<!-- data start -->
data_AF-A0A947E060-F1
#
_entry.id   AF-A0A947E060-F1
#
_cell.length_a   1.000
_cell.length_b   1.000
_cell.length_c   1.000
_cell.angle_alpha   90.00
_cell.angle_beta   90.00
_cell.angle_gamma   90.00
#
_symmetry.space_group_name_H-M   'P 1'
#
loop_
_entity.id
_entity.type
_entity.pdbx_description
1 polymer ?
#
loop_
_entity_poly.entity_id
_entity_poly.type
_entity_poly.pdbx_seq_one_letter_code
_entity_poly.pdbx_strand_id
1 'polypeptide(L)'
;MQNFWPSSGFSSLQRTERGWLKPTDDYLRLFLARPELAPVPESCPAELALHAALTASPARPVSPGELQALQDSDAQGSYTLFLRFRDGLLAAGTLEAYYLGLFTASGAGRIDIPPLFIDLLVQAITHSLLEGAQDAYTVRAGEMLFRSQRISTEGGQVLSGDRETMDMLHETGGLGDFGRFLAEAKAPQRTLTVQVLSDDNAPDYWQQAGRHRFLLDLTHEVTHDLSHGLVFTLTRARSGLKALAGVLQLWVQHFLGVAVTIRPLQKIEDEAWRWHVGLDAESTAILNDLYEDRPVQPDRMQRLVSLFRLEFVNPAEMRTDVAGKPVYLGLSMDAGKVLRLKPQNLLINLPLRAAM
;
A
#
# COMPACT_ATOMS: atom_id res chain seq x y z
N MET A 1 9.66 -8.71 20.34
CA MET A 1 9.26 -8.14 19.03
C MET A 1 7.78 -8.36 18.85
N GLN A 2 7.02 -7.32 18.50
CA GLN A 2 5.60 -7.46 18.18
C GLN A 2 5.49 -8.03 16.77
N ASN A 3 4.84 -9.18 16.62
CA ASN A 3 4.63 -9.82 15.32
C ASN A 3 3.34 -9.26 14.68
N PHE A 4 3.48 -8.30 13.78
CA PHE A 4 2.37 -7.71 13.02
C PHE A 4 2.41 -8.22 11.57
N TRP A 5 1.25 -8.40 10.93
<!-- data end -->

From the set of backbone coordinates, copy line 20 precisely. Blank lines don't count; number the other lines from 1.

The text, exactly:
loop_